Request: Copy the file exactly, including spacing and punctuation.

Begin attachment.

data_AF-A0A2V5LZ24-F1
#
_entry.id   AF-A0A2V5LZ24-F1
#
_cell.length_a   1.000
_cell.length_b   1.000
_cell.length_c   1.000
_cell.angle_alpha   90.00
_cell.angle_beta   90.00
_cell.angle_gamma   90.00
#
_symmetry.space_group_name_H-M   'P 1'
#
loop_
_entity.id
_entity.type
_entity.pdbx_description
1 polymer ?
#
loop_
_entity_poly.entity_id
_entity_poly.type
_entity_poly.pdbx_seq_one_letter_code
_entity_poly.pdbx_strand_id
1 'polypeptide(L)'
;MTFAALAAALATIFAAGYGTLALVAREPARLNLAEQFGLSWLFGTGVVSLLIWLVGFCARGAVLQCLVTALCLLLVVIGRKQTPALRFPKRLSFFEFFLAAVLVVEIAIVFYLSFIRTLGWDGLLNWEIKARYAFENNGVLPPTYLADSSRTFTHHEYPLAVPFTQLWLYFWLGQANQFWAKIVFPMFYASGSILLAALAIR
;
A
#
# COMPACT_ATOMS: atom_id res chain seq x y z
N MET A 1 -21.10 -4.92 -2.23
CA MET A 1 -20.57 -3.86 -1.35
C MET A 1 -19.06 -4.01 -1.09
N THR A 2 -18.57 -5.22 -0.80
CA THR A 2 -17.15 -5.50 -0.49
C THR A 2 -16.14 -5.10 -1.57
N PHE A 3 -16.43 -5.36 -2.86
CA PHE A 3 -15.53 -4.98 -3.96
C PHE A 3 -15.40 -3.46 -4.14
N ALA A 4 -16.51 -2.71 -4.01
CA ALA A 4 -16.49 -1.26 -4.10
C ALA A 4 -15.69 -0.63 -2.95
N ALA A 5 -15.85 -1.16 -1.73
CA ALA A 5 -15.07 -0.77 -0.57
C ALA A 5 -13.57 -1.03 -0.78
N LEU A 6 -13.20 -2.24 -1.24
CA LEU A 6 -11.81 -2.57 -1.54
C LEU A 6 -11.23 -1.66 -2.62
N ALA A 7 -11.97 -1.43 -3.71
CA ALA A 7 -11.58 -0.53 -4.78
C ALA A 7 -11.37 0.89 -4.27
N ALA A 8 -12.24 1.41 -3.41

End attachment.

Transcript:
data_AF-A0A2V5LZ24-F1
#
_entry.id   AF-A0A2V5LZ24-F1
#
_cell.length_a   1.000
_cell.length_b   1.000
_cell.length_c   1.000
_cell.angle_alpha   90.00
_cell.angle_beta   90.00
_cell.angle_gamma   90.00
#
_symmetry.space_group_name_H-M   'P 1'
#
loop_
_entity.id
_entity.type
_entity.pdbx_description
1 polymer ?
#
loop_
_entity_poly.entity_id
_entity_poly.type
_entity_poly.pdbx_seq_one_letter_code
_entity_poly.pdbx_strand_id
1 'polypeptide(L)'
;MTFAALAAALATIFAAGYGTLALVAREPARLNLAEQFGLSWLFGTGVVSLLIWLVGFCARGAVLQCLVTALCLLLVVIGRKQTPALRFPKRLSFFEFFLAAVLVVEIAIVFYLSFIRTLGWDGLLNWEIKARYAFENNGVLPPTYLADSSRTFTHHEYPLAVPFTQLWLYFWLGQANQFWAKIVFPMFYASGSILLAALAIR
;
A
#
# COMPACT_ATOMS: atom_id res chain seq x y z
N MET A 1 -21.10 -4.92 -2.23
CA MET A 1 -20.57 -3.86 -1.35
C MET A 1 -19.06 -4.01 -1.09
N THR A 2 -18.57 -5.22 -0.80
CA THR A 2 -17.15 -5.50 -0.49
C THR A 2 -16.14 -5.10 -1.57
N PHE A 3 -16.43 -5.36 -2.86
CA PHE A 3 -15.53 -4.98 -3.96
C PHE A 3 -15.40 -3.46 -4.14
N ALA A 4 -16.51 -2.71 -4.01
CA ALA A 4 -16.49 -1.26 -4.10
C ALA A 4 -15.69 -0.63 -2.95
N ALA A 5 -15.85 -1.16 -1.73
CA ALA A 5 -15.07 -0.77 -0.57
C ALA A 5 -13.57 -1.03 -0.78
N LEU A 6 -13.20 -2.24 -1.24
CA LEU A 6 -11.81 -2.57 -1.54
C LEU A 6 -11.23 -1.66 -2.62
N ALA A 7 -11.97 -1.43 -3.71
CA ALA A 7 -11.58 -0.53 -4.78
C ALA A 7 -11.37 0.89 -4.27
N ALA A 8 -12.24 1.41 -3.41